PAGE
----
Gyeongju Masonry Stone Pagoda in Gameunsa Temple Site (경주 마산리 감은사지 3층 석탑)


Gyeongju Masonry Stone Pagoda in Gameunsa Temple Site 

(경주 마산리 감은사지 3층 석탑)


After Silla’s King Munmu unified the Three Kingdoms, he started to build a Gameunsa Temple here to defeat Japanese invaders.

Finally, the Gameunsa Temple was completed in the 2nd year of King Shinmun’s reign (682). King Munmu’s last words were that he would become a dragon and defend Silla after he died. According to King Munmu’s will, he was buried in Daewangam on the East Sea, and space was provided for in Geumdang, so that the dragon (King Munmu) could visit frequently.
The tri-story stone towers facing each other from east to west in front of Geumdang, have a grand height of 13.4m.
The body stones are put on the double stylobates, and five steps of supports are placed under the eaves.
The roofs have curved surfaces, showing a typical style of the unified Silla era.

During a dismantling and repair work of the West Tower in December 1959, the gorgeous and delicate reliquary of the Buddha (sarira utensil), installed at the time of establishment, was discovered from the third-story body stone.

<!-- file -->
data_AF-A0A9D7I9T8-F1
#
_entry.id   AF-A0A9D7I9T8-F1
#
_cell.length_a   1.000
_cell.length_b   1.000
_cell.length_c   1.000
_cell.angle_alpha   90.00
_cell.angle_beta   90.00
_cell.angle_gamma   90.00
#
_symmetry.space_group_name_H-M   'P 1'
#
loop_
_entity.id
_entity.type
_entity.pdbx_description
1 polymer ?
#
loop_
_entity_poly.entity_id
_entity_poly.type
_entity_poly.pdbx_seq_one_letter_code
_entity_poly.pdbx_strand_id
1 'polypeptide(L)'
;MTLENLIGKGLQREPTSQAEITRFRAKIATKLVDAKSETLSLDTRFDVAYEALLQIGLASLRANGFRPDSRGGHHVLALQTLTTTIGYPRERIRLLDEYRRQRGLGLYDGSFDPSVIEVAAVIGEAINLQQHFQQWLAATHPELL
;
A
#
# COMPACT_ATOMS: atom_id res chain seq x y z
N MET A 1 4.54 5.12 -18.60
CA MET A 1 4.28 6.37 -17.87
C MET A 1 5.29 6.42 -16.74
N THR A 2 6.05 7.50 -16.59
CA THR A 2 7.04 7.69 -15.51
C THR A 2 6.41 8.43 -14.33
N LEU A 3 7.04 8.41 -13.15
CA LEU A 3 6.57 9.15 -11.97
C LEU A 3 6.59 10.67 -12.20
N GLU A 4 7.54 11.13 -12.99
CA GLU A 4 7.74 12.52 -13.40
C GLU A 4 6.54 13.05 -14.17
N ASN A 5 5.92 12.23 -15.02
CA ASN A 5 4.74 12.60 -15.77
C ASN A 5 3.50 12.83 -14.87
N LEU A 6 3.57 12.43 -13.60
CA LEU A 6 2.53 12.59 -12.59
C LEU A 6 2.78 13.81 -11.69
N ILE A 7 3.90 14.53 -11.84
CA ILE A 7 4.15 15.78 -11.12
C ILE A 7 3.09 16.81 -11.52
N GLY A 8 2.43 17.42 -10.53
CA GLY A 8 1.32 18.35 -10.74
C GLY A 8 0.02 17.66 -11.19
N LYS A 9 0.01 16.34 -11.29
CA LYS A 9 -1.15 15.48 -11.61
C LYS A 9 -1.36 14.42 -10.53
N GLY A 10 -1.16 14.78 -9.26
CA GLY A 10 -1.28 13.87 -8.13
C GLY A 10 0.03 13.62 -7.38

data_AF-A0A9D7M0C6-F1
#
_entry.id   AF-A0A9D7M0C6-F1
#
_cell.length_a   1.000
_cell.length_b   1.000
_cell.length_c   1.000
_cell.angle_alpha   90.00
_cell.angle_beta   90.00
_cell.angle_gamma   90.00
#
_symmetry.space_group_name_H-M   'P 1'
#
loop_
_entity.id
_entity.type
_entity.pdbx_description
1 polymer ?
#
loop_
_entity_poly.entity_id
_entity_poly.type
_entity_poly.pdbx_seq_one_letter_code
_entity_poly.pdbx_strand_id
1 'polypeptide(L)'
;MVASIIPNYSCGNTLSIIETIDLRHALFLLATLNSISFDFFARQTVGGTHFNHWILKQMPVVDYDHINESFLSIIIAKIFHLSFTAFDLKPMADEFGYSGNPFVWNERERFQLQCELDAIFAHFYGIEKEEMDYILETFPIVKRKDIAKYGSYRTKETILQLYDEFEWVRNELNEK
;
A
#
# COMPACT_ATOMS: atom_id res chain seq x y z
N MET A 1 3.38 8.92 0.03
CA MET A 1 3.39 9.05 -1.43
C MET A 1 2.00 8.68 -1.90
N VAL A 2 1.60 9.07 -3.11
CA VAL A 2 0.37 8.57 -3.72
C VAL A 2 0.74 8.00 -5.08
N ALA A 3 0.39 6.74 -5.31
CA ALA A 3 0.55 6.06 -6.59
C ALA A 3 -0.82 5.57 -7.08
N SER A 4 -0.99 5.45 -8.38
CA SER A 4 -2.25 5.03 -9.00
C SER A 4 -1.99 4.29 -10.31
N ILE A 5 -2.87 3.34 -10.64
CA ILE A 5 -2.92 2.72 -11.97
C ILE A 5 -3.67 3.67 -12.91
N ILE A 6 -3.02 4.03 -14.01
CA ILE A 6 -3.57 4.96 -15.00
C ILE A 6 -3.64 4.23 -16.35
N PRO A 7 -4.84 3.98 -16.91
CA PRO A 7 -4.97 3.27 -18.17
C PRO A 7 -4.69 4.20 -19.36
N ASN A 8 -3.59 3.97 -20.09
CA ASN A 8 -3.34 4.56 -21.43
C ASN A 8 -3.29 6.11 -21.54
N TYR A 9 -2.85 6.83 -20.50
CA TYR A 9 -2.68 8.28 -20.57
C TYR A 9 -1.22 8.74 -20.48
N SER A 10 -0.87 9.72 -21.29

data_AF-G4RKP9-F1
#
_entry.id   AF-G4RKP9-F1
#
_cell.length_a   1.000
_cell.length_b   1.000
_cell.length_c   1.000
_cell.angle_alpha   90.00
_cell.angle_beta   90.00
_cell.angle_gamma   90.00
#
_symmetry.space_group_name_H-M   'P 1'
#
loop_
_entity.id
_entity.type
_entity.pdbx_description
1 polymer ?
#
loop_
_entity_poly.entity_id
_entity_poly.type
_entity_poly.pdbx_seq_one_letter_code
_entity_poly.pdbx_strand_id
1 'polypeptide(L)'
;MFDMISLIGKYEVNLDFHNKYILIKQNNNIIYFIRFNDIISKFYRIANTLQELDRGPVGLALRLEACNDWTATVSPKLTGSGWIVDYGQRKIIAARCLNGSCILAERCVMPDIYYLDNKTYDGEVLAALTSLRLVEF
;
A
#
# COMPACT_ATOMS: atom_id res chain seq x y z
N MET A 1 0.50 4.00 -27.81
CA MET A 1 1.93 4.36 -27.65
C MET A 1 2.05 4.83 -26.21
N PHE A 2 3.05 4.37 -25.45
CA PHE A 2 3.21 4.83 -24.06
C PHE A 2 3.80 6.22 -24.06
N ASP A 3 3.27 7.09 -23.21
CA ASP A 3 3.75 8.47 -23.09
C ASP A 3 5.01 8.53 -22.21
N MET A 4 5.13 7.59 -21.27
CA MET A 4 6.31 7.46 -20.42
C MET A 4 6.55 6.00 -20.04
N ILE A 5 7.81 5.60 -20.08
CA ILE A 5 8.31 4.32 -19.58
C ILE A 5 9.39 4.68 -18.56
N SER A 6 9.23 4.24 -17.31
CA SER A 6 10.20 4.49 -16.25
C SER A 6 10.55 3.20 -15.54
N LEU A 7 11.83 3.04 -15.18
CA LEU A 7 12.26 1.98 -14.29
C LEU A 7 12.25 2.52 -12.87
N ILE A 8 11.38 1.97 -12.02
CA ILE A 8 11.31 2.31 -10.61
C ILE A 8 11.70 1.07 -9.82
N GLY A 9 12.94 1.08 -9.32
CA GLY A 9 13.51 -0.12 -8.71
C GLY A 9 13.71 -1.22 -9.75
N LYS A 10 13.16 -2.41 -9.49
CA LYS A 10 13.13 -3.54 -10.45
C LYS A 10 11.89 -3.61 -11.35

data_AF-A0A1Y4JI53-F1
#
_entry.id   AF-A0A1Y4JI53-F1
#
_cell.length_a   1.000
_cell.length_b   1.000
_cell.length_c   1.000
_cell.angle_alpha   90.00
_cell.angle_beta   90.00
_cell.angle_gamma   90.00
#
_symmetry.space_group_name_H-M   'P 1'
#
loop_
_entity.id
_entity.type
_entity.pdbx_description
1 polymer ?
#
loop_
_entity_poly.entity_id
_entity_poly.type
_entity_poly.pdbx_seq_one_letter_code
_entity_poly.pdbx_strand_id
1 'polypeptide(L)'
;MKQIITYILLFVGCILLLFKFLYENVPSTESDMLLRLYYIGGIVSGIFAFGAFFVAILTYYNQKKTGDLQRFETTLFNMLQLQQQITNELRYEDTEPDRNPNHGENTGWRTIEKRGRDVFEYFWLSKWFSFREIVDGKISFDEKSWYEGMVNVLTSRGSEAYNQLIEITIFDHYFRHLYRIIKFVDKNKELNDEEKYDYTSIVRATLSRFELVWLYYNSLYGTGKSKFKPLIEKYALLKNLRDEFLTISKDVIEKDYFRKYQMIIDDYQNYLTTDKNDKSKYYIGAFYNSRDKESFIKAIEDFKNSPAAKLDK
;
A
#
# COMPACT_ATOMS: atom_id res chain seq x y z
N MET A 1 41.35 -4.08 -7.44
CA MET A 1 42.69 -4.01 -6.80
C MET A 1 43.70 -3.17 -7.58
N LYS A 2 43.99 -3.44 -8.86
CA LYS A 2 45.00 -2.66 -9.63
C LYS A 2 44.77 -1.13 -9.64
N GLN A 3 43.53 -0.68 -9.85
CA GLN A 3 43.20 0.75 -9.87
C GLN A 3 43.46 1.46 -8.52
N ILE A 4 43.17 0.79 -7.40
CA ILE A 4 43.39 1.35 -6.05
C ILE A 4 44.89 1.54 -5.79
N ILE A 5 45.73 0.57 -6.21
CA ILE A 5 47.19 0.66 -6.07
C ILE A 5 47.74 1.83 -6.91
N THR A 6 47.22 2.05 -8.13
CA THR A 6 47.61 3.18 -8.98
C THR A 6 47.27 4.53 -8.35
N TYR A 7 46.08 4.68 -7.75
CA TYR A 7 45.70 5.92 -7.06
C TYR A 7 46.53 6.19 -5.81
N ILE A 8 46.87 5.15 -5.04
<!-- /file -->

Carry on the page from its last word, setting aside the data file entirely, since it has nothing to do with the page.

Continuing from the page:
When the East Tower was dismantled and repaired on April 25, 1996, a bronze reliquary (sarira casket) was found in the sarira hole, located on the upper side of the third-story roof stone.
The tri-story pagodas in Gyeongju are the largest ones as seen when the first Buddhist temple arrangement was changed into a double-tower shape right after the unification of the Three Kingdoms from the one-tower system of old Silla.


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